You can also drop one item on another to make it a child (subdocument), just like in the Binder. This time you’re looking for a box around the destination item's row, as shown below.

Sorting Files without Changing Their Binder Order

One of the things I like about the Outliner is that you can sort your manuscript files by column, without messing up their Binder (story) order. When might you want to? It depends on how you’re using the outliner, but here are a couple of ideas:

  • Sort by word count to see which documents to target for cutting or adding words.
  • Sort by writing/revision status to determine what to work on next.

To sort, simply click in the column header. Initially, it’ll sort in ascending order (small icon in header points up). Click again for descending order (small icon in header points down). Click a third time to restore Binder order (no icon).

Changing the Column Order

If you want to rearrange the columns, simply click and drag a column header to the right or left. A blue line indicates where it will land.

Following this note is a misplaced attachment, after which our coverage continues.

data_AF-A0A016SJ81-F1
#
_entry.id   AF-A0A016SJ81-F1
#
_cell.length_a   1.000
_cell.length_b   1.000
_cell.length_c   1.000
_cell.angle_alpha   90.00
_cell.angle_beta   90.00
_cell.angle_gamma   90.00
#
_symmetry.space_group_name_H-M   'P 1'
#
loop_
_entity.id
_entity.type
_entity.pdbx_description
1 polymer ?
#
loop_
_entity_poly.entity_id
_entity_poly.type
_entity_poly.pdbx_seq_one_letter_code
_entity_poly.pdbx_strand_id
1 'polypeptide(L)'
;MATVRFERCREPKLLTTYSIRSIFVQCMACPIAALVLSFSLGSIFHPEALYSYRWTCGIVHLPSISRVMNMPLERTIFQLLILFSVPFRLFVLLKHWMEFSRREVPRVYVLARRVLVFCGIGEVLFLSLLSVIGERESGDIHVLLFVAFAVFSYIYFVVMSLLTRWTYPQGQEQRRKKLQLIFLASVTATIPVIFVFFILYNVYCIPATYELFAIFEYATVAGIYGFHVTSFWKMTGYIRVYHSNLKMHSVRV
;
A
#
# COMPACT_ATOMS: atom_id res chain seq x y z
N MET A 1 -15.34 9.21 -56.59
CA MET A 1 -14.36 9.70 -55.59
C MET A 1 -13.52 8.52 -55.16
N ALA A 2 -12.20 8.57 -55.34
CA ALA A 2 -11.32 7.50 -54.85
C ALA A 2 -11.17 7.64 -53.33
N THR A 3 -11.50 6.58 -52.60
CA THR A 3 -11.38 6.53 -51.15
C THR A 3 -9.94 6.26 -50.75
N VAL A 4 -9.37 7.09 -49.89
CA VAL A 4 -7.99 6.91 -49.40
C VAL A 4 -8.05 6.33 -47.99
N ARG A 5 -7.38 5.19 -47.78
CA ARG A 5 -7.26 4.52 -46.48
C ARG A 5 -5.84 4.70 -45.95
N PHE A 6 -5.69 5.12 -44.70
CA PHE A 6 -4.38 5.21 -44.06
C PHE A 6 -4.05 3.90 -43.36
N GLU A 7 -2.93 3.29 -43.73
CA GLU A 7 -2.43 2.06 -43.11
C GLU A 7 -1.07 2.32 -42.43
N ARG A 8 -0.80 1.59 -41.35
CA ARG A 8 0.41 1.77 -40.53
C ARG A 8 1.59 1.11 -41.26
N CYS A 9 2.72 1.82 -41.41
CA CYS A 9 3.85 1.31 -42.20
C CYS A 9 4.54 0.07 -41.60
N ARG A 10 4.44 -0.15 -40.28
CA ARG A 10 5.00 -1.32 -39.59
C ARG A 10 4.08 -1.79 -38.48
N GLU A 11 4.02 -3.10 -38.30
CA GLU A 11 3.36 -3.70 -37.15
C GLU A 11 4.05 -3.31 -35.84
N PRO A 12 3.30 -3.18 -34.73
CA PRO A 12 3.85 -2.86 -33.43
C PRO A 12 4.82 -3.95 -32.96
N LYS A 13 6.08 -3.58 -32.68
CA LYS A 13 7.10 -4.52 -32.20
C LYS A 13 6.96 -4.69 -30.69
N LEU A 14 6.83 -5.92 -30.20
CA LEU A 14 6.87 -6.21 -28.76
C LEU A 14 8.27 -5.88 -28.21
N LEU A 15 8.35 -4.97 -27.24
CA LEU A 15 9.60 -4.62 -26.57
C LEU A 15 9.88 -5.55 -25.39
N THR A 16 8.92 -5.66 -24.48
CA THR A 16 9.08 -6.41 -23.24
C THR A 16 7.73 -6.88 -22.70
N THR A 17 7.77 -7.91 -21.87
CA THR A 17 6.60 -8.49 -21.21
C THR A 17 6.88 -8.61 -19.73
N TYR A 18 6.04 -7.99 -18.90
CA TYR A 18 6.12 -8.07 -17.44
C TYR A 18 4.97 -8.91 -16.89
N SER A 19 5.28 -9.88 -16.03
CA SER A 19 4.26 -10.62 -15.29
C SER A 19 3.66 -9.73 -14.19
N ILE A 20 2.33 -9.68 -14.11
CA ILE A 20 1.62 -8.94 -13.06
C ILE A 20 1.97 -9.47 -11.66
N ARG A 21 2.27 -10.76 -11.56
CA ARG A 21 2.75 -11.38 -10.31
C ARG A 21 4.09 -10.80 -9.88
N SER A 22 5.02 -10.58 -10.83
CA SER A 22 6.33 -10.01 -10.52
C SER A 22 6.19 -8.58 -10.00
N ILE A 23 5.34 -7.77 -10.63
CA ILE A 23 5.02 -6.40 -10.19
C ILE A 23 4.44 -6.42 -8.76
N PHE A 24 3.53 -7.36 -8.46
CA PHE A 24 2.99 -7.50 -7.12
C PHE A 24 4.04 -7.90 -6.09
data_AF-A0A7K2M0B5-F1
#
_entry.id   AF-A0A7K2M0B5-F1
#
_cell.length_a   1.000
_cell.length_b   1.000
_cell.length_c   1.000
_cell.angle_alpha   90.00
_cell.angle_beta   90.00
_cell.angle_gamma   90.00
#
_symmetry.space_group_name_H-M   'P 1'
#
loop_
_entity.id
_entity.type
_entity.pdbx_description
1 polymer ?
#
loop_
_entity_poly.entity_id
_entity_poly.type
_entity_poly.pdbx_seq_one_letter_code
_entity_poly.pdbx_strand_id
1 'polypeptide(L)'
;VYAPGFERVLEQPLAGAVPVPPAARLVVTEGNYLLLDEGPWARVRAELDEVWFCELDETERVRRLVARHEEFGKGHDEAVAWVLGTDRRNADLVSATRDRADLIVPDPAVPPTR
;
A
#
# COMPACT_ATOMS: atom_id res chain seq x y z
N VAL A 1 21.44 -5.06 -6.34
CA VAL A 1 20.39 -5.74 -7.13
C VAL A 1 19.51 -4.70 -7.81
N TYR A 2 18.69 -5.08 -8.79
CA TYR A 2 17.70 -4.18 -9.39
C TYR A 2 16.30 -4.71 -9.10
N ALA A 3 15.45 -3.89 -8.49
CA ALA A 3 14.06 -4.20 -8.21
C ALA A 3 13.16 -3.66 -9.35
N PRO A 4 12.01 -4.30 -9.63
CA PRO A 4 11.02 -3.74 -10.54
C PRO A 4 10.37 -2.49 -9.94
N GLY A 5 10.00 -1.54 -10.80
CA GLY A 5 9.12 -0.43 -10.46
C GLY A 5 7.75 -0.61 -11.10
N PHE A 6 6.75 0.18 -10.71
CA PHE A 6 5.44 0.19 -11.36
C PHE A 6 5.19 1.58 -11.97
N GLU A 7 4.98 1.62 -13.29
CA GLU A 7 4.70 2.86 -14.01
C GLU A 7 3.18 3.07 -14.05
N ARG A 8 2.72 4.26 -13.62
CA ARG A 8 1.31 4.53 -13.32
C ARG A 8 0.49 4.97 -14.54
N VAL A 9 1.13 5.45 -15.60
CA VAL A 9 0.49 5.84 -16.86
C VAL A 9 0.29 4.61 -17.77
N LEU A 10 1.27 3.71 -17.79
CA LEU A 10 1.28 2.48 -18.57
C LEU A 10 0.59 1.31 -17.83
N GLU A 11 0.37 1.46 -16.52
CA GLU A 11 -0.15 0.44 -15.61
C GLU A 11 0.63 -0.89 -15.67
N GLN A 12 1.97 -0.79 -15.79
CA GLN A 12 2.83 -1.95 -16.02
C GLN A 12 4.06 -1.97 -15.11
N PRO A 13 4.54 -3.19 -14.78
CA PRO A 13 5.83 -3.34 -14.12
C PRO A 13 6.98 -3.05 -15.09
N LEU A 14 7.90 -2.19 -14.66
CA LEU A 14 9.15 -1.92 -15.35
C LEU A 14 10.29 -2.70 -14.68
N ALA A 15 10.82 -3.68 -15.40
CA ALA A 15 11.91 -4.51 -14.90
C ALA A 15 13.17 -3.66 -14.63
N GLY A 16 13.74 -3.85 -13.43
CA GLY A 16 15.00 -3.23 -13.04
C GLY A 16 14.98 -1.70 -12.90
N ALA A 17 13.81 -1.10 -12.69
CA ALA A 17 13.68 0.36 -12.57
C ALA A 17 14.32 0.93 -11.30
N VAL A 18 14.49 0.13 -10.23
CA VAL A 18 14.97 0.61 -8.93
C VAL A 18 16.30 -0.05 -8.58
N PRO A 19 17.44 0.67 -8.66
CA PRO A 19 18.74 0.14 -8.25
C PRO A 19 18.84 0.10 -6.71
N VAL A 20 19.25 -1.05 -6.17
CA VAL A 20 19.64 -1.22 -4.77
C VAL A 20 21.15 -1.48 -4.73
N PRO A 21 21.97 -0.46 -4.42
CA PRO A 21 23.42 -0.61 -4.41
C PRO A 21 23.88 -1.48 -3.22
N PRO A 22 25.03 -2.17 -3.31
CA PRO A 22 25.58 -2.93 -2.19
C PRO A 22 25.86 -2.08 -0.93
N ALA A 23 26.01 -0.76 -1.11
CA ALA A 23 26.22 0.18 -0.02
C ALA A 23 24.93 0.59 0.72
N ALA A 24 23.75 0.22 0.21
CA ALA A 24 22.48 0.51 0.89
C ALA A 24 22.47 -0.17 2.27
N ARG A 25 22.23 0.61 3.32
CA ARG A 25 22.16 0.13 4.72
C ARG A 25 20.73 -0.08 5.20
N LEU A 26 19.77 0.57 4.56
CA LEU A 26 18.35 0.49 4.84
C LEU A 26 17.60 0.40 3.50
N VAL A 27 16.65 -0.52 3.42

Adjusting the Column Widths

You can adjust the column width to make each column’s data easier to read. There are two ways to do it.

  • Point to the line to the right of the heading for the column you'd like to adjust. When your pointer changes to a bar with left-right arrows, drag the line to the left or right.
  • To auto-fit the column width to the data, double-click the line to the right of the column heading.

Opening a Document from the Outliner

To view a document in the Editor directly from Outline view, simply double-click its icon in the Outliner (piece of paper or folder icon to the left of the title). This may be quicker than trying to locate and select it in the Binder, especially if you’ve hidden the Binder to gain more screen real estate.